Heading down the South Shore of NS to Lunenburg, we find Shipwright Brewing has a new beer pouring for pints to stay or crowler and growler fills to go. Cross Island Common is named for the eponymous island in the approach to Lunenburg Bay. It follows the tradition of the California Common (a.k.a. “Steam Beer”) style with spicy and woody Northern Brewer hops taking center stage on top of a toasty, slightly sweet malt base built with pale, Munich, caramel, biscuit, and chocolate malts. Highly carbonated, with a medium almost creamy mouthfeel, this one is an easy drinking 5% ABV and 30 IBU.

Back up to the North Shore of the province we find that Tatamagouche Brewing has a trio of re-releases available just in time for the holidays. First up is Eventide Vienna Lager, a 4.8% ABV amber lager that’s like a hug in a can. Brewed with all German ingredients, it’s medium-bodied with a crisp finish and flavours and aromas of lightly toasted honey oat bread. Second we have Tata’s wintertime post-activity beer, Apres. A cream ale at 4.5% ABV, it’s designed to be super-easy drinking after clearing the driveway or a day on the slopes or the local pond. And last is Ketch, their Berlinerweiße. Only 3.1% ABV, with the classic bright acidity and subtle funk that the style is known for, expect it to provide a tasty low alcohol option and/or a pleasant way to reset your palate after a bunch of heavier seasonals. Look for all of these to be available for order on the website in coming days or, if you’re in the area, at the brewery; we suspect some cans and kegs will also reach distro in the HRM at the very least.

Speaking of re-releases, in the HRM Unfiltered Brewing has a Christmas miracle on the go in the form of Sparkling Motherfucker, a 4.0% low-calorie (4.5g carbs) beer containing sodium, chloride, and potassium electrolytes. Sound like a sports drink? WELL IT’S NOT. Also gluten-reduced (<10ppm), you’ll find it in 473ml cans at the brewery, perfect for stuffing into stockings or pouring down your throat in an effort to tolerate friends, family, and the holidays in general.

Back in Paradise, Mauzy is releasing the last bottling from its 2021 season. Humbled In Love, is a 6.4% ABV blend of mead and cider . The mead portion features a spontaneous fermentation of Brown’s Family Farm Blueberries and Baccalieu Trail Honey. This was blended (30% mead, 70% cider) with Mauzy’s blend of spontaneously fermented feral and Golden Hornet Crab apples, with the resulting liquid being conditioned on freshly picked white rose petals. Expect lots of blueberry notes, baked berries and a bright acidity. Only 10 cases are available so don’t delay if you’re interested. 

Sticking with blended ciders, next up is Frontenac Gris + Ida Red, from Halifax’s Sourwood. This blend of Front Gris grapes and hand-picked organic apples showcases the complexity that can be achieved when the worlds or cider and fruit wine combine. Bottles of the 9.0% ABV Frontenac Gris + Ida Red are available now at the taproom or through their online store.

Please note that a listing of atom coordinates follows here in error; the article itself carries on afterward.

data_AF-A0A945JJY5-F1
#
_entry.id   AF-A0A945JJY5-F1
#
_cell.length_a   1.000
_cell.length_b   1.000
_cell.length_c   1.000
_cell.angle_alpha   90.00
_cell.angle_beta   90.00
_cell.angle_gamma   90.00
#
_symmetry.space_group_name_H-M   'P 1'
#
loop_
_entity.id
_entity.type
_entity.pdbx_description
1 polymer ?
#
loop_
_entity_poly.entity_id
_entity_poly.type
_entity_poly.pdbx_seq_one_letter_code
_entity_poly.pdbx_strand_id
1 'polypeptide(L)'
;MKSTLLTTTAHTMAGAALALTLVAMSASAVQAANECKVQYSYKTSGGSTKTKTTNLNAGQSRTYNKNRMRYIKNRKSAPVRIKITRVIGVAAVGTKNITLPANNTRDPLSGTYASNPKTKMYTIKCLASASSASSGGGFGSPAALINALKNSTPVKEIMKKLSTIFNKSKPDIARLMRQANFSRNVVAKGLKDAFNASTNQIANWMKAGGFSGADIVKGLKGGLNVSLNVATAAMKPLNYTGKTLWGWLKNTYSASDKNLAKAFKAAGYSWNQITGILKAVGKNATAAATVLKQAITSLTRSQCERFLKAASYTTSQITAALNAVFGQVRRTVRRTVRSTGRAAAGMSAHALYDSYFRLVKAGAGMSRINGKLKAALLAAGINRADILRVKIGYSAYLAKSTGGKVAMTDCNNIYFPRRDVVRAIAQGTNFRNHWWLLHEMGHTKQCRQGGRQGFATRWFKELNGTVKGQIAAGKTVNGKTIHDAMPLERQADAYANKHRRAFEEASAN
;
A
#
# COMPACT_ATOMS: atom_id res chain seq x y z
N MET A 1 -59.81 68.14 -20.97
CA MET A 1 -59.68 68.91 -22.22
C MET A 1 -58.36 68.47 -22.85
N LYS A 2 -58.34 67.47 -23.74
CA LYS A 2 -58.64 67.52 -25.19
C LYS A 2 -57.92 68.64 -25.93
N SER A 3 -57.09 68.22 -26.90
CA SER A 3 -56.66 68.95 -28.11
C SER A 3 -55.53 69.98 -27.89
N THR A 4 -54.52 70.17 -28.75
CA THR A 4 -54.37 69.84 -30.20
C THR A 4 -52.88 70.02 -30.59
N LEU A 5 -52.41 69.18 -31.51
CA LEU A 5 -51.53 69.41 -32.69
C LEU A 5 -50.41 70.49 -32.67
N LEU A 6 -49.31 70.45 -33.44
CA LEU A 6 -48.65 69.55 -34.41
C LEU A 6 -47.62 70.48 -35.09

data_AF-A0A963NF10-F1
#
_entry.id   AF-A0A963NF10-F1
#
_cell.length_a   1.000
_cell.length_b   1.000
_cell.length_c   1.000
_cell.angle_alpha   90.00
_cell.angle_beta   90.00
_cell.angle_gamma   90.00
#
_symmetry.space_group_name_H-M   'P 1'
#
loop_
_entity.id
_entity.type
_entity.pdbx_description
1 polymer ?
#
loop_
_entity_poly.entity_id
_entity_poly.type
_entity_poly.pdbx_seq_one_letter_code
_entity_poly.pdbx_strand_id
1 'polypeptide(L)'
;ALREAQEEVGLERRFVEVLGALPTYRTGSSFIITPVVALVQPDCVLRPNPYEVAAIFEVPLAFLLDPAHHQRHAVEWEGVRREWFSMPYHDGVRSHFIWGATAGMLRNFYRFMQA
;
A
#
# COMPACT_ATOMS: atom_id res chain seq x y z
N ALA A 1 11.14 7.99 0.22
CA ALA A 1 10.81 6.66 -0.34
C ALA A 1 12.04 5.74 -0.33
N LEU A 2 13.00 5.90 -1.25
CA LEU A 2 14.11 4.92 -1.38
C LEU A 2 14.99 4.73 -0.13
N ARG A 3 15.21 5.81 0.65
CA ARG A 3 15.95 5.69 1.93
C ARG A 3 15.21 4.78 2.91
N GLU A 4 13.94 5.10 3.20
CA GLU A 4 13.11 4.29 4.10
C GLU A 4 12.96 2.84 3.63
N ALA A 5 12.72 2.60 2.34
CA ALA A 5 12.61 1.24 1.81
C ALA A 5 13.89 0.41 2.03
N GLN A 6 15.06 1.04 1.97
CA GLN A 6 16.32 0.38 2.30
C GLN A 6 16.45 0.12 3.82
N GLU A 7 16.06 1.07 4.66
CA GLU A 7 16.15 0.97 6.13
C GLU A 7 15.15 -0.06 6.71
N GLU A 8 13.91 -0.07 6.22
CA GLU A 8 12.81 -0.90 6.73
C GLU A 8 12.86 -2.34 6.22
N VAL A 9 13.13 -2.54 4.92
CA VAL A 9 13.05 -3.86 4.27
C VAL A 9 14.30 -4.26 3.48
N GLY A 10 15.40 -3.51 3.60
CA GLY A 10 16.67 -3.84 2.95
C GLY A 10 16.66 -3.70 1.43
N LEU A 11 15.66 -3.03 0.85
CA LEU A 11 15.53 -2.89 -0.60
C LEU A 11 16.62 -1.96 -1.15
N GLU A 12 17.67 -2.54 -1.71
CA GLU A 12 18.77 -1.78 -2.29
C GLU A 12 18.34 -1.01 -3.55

We mentioned Moncton’s Tire Shack Brewing above, but they also are celebrating the release of three beers this week in their John Street taproom. Bumbleberry Sour is a sour with a blend of berries reminiscent of the pies or “crisps” of the same name. Cranberry, raspberry, blueberry, blackberry, as well as cherry and pomegranate all went into this 6.0% beer, to amp up the fruit to both complement and enhance the tart base beer. Continuing the long-running series is Hip Hop Vol 8 – Sabro Double IPA. Sabro used throughout the process of this 8.0% beer means it is overflowing with coconut, lychee, with a touch of citrus. And returning to the taps and shelves is Roman Road Italian Pilsner. Crisp and effervescent, Tire Shack’s version has just a touch of hops. If you pop into the taproom Saturday at noon, People for Animal Wellbeing will be onsite to take pictures of your pets to fundraise for their important activities, and selling tickets for The Big Draw for PAW too!

Speaking of our animal friends, PEI Brewing is helping out the PEI Humane Society with the release of Loyalty Brew, a 4.5% Blonde Ale. This limited edition beer is available at the PEIBC Taproom and the Gahan Beer Store in Atlantic Superstore, with $1 from each can going to the shelter supporting lost, homeless, and abandoned animals.

A few short things before we leave you…

Sydney’s Breton Brewing has released Bah Humbug Holiday Bitter, a 4.7% British Bitter featuring Old World/Noble hops lending citrus, berry, floral, and spicy notes, all on a smooth caramel base. Available now at the brewery in cans and on draught.

Candid Brewing in Antigonish released a couple of new beer after we posted last week, so let’s get you up to date… Space Coyote is a 7.5 % Double/Imperial IPA, featuring loads of Comet and Galaxy hops (get it?), ready to shoot you to the moon and beyond. Mango, pineapple, and guava tropical notes and complemented by a solid dank character. And in another vein completely is the 5.2% Golden Pig, a Czech Pilsner. Featuring Saaz hops, GP underwent a six week lagering process, keeping it crisp, clean, and easy drinking. Cans of both beers are available at their taproom on College Street.

Rounding out this week’s news is Good Robot’s latest release, Late Night Milk Stout. In case you were wondering what to leave out for Santa next weekend, perhaps this will fit the bill. At 5.0% ABV, this stout features a lovely addition of lactose (aka milk sugar) to soften any harsh notes, and leave a little bit of residual sweetness in the can. Available at the Robie Street location, and the now-open Elmsdale retail shop. A note on the latter, as they celebrate with a Grand Opening there tomorrow. Open 12 – 8 PM, all beer and merch is 10% off, and there are quirky prizes to be won for those who visit. At 1 PM, there is even a tour of their facility planned, grab your free tickets here. We’ll soon be sharing some info on a tour for those unable to make it tomorrow, so keep your January 21 free if you’d like to hit up a tour in the New Year.